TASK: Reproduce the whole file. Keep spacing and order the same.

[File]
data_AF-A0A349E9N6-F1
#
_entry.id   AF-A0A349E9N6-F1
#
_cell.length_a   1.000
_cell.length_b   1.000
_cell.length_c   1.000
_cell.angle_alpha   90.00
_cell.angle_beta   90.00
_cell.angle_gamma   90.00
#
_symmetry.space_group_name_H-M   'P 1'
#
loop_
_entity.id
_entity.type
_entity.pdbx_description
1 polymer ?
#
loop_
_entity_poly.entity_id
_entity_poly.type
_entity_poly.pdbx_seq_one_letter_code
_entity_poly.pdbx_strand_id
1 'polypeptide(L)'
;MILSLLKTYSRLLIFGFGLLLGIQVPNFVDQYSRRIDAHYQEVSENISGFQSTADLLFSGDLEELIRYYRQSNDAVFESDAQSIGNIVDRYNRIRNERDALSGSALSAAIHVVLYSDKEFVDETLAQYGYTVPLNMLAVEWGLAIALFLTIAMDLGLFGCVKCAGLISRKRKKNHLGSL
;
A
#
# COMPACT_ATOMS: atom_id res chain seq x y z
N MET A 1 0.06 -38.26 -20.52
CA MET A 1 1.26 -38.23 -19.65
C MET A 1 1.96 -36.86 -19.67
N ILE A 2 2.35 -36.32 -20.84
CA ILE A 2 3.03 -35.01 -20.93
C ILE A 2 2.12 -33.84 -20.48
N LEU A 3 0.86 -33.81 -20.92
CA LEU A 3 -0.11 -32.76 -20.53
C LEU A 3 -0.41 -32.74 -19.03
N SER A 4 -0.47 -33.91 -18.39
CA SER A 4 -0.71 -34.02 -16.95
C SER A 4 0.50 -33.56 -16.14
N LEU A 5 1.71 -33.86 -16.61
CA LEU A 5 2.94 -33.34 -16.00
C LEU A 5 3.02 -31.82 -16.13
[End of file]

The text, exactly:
data_AF-A0A349E9N6-F1
#
_entry.id   AF-A0A349E9N6-F1
#
_cell.length_a   1.000
_cell.length_b   1.000
_cell.length_c   1.000
_cell.angle_alpha   90.00
_cell.angle_beta   90.00
_cell.angle_gamma   90.00
#
_symmetry.space_group_name_H-M   'P 1'
#
loop_
_entity.id
_entity.type
_entity.pdbx_description
1 polymer ?
#
loop_
_entity_poly.entity_id
_entity_poly.type
_entity_poly.pdbx_seq_one_letter_code
_entity_poly.pdbx_strand_id
1 'polypeptide(L)'
;MILSLLKTYSRLLIFGFGLLLGIQVPNFVDQYSRRIDAHYQEVSENISGFQSTADLLFSGDLEELIRYYRQSNDAVFESDAQSIGNIVDRYNRIRNERDALSGSALSAAIHVVLYSDKEFVDETLAQYGYTVPLNMLAVEWGLAIALFLTIAMDLGLFGCVKCAGLISRKRKKNHLGSL
;
A
#
# COMPACT_ATOMS: atom_id res chain seq x y z
N MET A 1 0.06 -38.26 -20.52
CA MET A 1 1.26 -38.23 -19.65
C MET A 1 1.96 -36.86 -19.67
N ILE A 2 2.35 -36.32 -20.84
CA ILE A 2 3.03 -35.01 -20.93
C ILE A 2 2.12 -33.84 -20.48
N LEU A 3 0.86 -33.81 -20.92
CA LEU A 3 -0.11 -32.76 -20.53
C LEU A 3 -0.41 -32.74 -19.03
N SER A 4 -0.47 -33.91 -18.39
CA SER A 4 -0.71 -34.02 -16.95
C SER A 4 0.50 -33.56 -16.14
N LEU A 5 1.71 -33.86 -16.61
CA LEU A 5 2.94 -33.34 -16.00
C LEU A 5 3.02 -31.82 -16.13